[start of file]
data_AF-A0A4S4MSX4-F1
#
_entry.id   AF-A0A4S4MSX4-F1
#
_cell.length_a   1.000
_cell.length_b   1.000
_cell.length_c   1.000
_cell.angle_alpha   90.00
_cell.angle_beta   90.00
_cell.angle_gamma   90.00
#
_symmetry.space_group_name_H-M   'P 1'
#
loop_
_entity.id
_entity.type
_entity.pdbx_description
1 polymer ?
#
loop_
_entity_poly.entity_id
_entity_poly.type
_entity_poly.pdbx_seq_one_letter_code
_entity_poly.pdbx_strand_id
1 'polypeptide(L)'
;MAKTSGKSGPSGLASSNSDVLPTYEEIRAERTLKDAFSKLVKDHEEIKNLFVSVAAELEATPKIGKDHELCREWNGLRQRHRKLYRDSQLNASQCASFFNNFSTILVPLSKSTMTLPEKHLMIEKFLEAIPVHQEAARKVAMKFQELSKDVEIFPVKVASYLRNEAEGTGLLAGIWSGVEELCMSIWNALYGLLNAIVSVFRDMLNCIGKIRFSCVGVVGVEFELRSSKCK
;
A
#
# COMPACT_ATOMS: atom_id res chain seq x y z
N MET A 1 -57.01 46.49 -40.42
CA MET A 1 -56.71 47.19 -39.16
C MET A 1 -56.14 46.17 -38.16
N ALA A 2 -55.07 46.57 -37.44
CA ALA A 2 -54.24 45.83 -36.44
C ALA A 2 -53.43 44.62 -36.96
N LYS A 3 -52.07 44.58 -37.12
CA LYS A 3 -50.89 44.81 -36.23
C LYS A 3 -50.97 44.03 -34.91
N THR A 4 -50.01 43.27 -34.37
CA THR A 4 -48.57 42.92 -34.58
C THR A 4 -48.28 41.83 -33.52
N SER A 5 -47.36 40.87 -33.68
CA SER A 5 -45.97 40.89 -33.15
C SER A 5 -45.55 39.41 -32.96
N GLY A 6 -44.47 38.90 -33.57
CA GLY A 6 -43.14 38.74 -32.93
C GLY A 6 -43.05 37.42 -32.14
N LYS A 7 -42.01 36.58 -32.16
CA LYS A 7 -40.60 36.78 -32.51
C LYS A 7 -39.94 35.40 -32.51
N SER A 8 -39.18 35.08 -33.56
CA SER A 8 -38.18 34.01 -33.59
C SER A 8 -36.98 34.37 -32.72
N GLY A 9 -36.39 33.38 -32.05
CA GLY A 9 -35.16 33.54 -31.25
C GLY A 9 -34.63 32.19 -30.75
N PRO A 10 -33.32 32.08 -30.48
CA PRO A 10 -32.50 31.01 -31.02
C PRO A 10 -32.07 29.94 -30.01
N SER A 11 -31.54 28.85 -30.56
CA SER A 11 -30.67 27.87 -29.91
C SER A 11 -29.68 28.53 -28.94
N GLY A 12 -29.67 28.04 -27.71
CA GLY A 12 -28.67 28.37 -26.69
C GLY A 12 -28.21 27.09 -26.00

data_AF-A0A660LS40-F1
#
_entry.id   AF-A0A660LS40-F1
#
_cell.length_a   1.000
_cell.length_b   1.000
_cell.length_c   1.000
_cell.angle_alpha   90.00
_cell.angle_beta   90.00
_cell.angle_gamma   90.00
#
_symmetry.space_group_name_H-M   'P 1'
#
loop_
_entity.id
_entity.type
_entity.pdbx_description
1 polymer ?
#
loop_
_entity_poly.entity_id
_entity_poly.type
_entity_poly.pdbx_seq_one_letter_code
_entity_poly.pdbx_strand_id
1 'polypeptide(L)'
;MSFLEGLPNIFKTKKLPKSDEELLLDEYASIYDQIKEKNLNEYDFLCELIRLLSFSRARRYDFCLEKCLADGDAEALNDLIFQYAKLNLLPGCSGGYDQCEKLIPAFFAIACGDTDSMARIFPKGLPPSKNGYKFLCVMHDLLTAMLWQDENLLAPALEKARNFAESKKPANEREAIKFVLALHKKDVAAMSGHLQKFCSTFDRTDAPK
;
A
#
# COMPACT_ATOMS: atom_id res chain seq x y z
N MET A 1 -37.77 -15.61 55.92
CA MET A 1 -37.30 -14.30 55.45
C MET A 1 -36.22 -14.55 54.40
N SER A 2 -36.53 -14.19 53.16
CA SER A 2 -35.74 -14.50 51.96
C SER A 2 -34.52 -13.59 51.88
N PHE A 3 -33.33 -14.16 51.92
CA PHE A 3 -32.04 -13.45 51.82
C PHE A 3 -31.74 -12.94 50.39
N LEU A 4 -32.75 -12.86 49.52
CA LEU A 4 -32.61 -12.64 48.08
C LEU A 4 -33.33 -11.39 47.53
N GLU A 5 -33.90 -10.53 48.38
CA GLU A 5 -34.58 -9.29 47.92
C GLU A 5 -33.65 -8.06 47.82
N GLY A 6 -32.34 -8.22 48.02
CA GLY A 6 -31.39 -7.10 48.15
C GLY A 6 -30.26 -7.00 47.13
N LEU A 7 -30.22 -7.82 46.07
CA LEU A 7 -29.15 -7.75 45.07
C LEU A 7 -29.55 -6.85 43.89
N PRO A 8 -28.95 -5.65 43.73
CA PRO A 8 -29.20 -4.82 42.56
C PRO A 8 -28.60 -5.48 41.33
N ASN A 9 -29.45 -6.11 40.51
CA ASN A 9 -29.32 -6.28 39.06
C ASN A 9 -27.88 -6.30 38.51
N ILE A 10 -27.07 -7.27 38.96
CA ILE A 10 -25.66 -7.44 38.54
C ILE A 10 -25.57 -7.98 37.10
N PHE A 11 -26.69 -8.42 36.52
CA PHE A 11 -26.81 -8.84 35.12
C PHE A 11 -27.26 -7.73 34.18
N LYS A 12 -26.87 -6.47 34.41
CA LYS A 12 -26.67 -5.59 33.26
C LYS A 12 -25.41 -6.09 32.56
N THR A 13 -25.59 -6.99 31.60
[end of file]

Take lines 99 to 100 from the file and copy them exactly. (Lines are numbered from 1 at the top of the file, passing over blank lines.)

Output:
C MET A 1 -36.22 -14.55 54.40
N SER A 2 -36.53 -14.19 53.16